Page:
By the year 2020, retail expenditure in the UK is predicted to grow by 45%. Howard Williams discusses the emergence of live chat software
Back in 1994, the first online purchase was made when Sting’s album Ten Summoner’s Tales sold for the princely sum of £7.74.
Now, more than 50% of purchases are made online. With online retail rapidly overtaking in-store purchasing, vendors must treat web customers as equals.
By helping to replicate an in-store experience, live chat software is changing the face of online customer service, and companies can no longer consider it a luxury commodity.
It is predicted that by the year 2020, UK online retail expenditure will grow by nearly 45%, reaching £62.7 billion.
As such, vendors must consider the online store as a direct extension of their in-store space. Customers expect and demand the same levels of service, regardless of where they are making their purchase.
However, without the ability to put a friendly human face in front of digital consumers, carefully managed communication with online customers plays an even more important part in satisfying customer service expectations and increasing sales margins.
Leading the way is live chat software. 73% of customers report being satisfied after using a live chat system — higher than all other forms of customer support. With such high levels of satisfaction, it is no surprise that 63% of customers said they were more likely to return to a company’s website if it offered live chat services.
But it’s not just younger generations who prefer live chat. Nearly 30% of Generation X consumers (born 1965-1980) prefer using online chat for their customer service needs, while a growing number of baby boomers (born 1943-1964) are joining the online world, and are receptive to digitalised customer service.
Implementing live chat systems builds relationships with customers that can increase customer loyalty and sales across all generations.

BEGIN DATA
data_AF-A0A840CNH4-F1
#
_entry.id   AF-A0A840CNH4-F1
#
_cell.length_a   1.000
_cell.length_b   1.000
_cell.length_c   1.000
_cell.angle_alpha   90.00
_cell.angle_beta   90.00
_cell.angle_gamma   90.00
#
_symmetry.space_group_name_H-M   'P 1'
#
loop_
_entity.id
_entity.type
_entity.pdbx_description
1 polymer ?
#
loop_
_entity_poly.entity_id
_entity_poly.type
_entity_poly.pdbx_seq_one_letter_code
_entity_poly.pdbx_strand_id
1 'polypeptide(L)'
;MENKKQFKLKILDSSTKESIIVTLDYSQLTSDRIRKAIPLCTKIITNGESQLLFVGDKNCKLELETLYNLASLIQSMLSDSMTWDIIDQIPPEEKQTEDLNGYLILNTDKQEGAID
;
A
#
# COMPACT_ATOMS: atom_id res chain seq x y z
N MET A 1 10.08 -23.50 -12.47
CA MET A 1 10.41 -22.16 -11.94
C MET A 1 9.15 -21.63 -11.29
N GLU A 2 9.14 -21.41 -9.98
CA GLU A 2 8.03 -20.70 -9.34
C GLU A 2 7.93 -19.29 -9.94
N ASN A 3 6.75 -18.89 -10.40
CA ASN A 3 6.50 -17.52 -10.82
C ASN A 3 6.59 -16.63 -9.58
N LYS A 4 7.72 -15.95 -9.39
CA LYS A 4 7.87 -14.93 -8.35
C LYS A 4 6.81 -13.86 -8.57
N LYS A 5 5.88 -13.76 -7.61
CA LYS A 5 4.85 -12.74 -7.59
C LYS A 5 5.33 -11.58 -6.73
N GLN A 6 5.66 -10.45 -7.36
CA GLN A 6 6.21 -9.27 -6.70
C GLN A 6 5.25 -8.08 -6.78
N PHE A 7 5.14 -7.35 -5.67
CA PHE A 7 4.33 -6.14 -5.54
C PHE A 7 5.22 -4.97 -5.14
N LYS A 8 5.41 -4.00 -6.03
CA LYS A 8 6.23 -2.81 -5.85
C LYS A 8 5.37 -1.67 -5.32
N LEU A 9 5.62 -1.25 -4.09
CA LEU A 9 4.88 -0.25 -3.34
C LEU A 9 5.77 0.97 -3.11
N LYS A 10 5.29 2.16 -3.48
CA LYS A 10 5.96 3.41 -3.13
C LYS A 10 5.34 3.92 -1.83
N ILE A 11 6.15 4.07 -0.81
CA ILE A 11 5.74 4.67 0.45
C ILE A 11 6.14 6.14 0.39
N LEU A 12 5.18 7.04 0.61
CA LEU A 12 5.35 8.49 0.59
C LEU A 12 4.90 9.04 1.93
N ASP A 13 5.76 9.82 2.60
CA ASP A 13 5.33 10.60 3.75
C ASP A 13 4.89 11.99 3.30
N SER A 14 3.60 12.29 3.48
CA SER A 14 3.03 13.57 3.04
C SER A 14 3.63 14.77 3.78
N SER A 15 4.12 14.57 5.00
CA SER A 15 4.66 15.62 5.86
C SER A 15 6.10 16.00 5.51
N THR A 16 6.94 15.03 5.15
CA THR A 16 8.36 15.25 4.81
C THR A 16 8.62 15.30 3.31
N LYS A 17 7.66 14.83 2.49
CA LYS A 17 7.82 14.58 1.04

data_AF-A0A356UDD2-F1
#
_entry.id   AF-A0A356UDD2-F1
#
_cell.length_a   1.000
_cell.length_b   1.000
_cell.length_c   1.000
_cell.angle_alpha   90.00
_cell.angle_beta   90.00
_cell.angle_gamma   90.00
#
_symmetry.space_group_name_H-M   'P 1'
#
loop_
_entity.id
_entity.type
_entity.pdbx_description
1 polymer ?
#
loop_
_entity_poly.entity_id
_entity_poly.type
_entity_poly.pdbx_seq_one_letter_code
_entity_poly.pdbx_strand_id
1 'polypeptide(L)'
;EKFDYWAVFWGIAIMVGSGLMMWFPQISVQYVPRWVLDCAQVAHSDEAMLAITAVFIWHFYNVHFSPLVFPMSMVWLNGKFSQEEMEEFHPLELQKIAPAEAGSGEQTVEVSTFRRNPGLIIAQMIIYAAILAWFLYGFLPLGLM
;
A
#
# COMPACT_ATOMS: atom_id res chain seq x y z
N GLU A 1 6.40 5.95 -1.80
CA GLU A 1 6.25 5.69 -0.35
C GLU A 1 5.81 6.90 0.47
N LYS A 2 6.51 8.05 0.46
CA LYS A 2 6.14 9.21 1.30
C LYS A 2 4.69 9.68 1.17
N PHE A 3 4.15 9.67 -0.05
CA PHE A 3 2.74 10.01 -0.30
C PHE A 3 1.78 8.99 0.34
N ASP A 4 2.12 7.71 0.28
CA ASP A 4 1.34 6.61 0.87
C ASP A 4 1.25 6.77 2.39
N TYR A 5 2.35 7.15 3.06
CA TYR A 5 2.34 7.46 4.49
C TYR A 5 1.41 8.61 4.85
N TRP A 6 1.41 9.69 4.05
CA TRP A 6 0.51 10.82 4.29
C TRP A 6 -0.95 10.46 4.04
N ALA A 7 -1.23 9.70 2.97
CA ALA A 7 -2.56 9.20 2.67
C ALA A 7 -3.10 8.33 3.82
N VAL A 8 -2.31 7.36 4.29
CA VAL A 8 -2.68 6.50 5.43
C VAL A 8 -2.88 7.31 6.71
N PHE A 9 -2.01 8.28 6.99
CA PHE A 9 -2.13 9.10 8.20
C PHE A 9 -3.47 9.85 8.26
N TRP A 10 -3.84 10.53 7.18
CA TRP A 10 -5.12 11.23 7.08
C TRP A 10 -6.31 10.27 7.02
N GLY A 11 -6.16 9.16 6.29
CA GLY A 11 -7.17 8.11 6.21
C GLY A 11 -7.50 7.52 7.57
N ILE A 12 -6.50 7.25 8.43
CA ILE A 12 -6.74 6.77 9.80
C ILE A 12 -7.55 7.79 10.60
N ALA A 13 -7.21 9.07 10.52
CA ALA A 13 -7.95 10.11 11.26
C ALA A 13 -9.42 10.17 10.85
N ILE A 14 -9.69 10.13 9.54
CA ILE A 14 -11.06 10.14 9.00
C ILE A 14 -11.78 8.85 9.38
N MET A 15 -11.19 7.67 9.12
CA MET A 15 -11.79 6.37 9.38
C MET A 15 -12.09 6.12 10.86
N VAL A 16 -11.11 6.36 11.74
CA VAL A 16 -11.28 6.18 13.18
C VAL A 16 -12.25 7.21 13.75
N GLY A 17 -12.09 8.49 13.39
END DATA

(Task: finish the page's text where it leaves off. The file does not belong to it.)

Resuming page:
The American Marketing Association reports that customers who use live chat are three times more likely to make a purchase.
By providing instant access to support and sales staff, customers can have their enquiries answered immediately, as staff have opportunities to influence purchase decisions from behind a screen.
Some companies may have the misconception that live chat software is expensive and won’t provide a valuable return on investment compared to traditional methods.
However, an Aberdeen Group Report in 2012 shows that companies can save as much as 50% on customer service costs by using live chat, compared to offering telephone support.
Despite handling numerous support sessions at any given time, live chat operators are often much quicker at solving consumer queries.
Instead of having to give verbal instructions on where to find a product or how to place an order, online chat operators can send direct page links for products and processes in the click of a button.
Of course, the benefits of live chat aren’t just for the consumer. There are numerous reasons for using online chat software that can significantly benefit the company too. Systems like Parker Software’s WhosOn link your online chat platform to a customer relationship management (CRM) database, where you can monitor customer activity, run detailed reports and analytics and be proactive in your future sales targets.
Knowing which customers are contacting your support teams can mean sales leads are monitored, CRM systems are kept up to date, and resources like reverse IP lookup can help you focus your marketing efforts accordingly.
Another key reason for implementing live chat sooner rather than later is that few retailers are yet to implement the software.
Those that do will still be ahead of the curve, and consumers are more likely to be loyal to brands that are one step ahead of the rest.
Just make sure that your products match the service you’re offering. While back in 1994, a CD was all that was available to buy online, these days you can buy anything from an invisible friend or Justin Timberlake’s half eaten breakfast, to a business jet listed at £25million. Now that is what you’d call a luxury item.
Howard Williams is with Parker Software.